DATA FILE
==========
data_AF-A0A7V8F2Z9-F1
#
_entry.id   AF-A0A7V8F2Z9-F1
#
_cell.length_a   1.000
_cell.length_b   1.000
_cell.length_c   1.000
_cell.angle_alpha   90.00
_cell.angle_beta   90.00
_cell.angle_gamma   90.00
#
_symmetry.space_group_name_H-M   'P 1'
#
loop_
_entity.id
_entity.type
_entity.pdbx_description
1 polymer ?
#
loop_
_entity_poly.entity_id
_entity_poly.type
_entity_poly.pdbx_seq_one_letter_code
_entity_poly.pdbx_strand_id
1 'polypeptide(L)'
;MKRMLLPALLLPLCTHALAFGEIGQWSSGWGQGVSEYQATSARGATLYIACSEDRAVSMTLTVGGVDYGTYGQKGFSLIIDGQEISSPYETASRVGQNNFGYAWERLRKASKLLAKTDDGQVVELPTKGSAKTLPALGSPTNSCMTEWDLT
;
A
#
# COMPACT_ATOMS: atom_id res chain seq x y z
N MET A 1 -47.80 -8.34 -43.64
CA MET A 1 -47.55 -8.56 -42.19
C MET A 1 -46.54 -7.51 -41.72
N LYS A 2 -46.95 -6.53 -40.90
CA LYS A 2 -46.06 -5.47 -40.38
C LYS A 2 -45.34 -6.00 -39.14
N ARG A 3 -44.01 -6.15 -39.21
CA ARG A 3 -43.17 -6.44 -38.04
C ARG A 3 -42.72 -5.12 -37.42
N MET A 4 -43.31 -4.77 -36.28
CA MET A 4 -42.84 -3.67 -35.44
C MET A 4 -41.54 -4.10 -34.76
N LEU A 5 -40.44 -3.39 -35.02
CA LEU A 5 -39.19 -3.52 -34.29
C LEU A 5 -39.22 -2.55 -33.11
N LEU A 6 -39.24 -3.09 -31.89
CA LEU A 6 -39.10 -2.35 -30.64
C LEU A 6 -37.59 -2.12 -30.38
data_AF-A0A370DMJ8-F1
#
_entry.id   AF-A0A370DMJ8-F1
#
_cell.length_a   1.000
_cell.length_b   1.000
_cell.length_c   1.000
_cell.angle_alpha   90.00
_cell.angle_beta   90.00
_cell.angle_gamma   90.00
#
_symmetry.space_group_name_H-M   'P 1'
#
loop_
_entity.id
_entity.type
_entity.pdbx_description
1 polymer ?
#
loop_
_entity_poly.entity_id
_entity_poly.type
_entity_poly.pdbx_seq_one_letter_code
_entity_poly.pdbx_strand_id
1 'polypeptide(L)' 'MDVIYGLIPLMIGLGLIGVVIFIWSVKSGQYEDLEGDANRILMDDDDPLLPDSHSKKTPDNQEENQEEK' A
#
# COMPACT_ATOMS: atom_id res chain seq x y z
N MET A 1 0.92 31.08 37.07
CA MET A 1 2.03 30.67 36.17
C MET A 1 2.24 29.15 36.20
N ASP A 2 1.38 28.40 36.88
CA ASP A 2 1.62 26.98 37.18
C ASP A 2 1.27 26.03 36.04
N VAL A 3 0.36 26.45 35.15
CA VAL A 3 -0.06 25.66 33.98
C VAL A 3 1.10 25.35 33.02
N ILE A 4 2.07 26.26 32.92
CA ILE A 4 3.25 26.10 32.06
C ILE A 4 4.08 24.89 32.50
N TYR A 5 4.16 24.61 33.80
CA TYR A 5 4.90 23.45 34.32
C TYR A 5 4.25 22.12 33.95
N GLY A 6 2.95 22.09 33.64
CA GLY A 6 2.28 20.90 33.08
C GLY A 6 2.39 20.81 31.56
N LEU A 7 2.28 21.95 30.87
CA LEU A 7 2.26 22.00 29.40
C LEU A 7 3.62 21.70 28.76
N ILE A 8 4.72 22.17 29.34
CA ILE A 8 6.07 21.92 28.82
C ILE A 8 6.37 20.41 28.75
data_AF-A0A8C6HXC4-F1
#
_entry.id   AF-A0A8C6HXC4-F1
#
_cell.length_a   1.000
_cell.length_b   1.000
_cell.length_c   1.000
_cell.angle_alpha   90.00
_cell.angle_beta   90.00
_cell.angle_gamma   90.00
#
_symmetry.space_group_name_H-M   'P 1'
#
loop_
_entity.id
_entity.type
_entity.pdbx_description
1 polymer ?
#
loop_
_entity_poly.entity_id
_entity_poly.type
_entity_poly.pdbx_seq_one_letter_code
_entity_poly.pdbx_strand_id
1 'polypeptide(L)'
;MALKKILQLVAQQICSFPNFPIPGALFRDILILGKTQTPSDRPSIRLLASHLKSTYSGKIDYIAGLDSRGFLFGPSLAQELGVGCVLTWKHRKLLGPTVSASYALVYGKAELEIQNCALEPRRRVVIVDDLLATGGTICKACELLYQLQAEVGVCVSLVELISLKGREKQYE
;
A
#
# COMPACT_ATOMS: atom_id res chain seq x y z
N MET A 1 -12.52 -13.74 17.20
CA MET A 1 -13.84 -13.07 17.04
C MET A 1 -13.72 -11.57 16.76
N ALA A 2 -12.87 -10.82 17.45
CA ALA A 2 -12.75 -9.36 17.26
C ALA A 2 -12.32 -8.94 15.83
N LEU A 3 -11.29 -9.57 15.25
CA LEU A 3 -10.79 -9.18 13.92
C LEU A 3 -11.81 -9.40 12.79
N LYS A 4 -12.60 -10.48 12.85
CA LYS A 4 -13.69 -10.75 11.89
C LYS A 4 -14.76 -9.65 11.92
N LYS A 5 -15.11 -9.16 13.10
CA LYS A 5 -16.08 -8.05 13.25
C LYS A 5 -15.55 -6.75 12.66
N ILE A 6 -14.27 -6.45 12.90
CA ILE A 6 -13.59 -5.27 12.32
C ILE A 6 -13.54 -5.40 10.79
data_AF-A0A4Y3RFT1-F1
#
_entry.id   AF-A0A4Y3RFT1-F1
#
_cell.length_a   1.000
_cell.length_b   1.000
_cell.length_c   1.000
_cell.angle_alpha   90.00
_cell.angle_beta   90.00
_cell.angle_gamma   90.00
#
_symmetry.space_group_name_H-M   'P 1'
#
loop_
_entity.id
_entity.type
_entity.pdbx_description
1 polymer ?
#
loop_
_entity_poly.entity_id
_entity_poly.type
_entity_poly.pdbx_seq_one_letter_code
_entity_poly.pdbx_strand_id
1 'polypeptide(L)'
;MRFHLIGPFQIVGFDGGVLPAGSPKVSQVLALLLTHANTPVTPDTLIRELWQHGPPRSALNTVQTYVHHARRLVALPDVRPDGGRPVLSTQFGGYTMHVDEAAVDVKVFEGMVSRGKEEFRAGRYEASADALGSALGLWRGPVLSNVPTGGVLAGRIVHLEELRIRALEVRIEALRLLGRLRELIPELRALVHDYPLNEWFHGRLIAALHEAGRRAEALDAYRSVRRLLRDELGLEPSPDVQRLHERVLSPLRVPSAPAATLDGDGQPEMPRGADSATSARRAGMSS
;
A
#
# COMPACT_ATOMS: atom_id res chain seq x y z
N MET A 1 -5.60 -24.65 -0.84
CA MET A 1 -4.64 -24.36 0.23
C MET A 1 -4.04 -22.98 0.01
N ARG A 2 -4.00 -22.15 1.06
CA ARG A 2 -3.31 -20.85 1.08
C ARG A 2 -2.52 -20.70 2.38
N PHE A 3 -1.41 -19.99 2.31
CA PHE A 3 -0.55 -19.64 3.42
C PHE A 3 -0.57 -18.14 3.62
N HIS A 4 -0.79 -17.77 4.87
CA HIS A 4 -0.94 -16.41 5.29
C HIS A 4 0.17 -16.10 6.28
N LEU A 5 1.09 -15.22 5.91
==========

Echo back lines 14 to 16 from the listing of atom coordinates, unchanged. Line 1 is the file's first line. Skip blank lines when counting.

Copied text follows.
loop_
_entity.id
_entity.type